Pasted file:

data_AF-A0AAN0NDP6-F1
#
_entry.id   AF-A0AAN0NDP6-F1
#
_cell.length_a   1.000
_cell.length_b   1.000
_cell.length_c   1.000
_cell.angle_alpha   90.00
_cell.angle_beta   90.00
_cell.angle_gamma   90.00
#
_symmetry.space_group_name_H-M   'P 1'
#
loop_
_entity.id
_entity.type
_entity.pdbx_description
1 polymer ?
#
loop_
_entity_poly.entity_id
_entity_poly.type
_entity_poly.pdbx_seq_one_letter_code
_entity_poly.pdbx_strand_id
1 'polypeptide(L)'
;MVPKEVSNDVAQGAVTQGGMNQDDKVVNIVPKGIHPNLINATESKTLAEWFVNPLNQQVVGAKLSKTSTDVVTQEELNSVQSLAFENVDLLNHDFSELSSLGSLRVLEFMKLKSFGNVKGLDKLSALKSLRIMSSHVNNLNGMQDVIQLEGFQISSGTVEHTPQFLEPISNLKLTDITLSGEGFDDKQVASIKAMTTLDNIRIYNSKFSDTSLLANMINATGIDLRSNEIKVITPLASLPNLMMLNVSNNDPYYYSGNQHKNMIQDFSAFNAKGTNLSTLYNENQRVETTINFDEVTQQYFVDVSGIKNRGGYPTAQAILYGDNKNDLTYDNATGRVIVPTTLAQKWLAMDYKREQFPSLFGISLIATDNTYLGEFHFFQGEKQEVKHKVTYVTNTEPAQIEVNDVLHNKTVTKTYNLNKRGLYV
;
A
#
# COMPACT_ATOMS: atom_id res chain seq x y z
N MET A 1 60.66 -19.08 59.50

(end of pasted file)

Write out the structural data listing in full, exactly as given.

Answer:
data_AF-A0AAN0NDP6-F1
#
_entry.id   AF-A0AAN0NDP6-F1
#
_cell.length_a   1.000
_cell.length_b   1.000
_cell.length_c   1.000
_cell.angle_alpha   90.00
_cell.angle_beta   90.00
_cell.angle_gamma   90.00
#
_symmetry.space_group_name_H-M   'P 1'
#
loop_
_entity.id
_entity.type
_entity.pdbx_description
1 polymer ?
#
loop_
_entity_poly.entity_id
_entity_poly.type
_entity_poly.pdbx_seq_one_letter_code
_entity_poly.pdbx_strand_id
1 'polypeptide(L)'
;MVPKEVSNDVAQGAVTQGGMNQDDKVVNIVPKGIHPNLINATESKTLAEWFVNPLNQQVVGAKLSKTSTDVVTQEELNSVQSLAFENVDLLNHDFSELSSLGSLRVLEFMKLKSFGNVKGLDKLSALKSLRIMSSHVNNLNGMQDVIQLEGFQISSGTVEHTPQFLEPISNLKLTDITLSGEGFDDKQVASIKAMTTLDNIRIYNSKFSDTSLLANMINATGIDLRSNEIKVITPLASLPNLMMLNVSNNDPYYYSGNQHKNMIQDFSAFNAKGTNLSTLYNENQRVETTINFDEVTQQYFVDVSGIKNRGGYPTAQAILYGDNKNDLTYDNATGRVIVPTTLAQKWLAMDYKREQFPSLFGISLIATDNTYLGEFHFFQGEKQEVKHKVTYVTNTEPAQIEVNDVLHNKTVTKTYNLNKRGLYV
;
A
#
# COMPACT_ATOMS: atom_id res chain seq x y z
N MET A 1 60.66 -19.08 59.50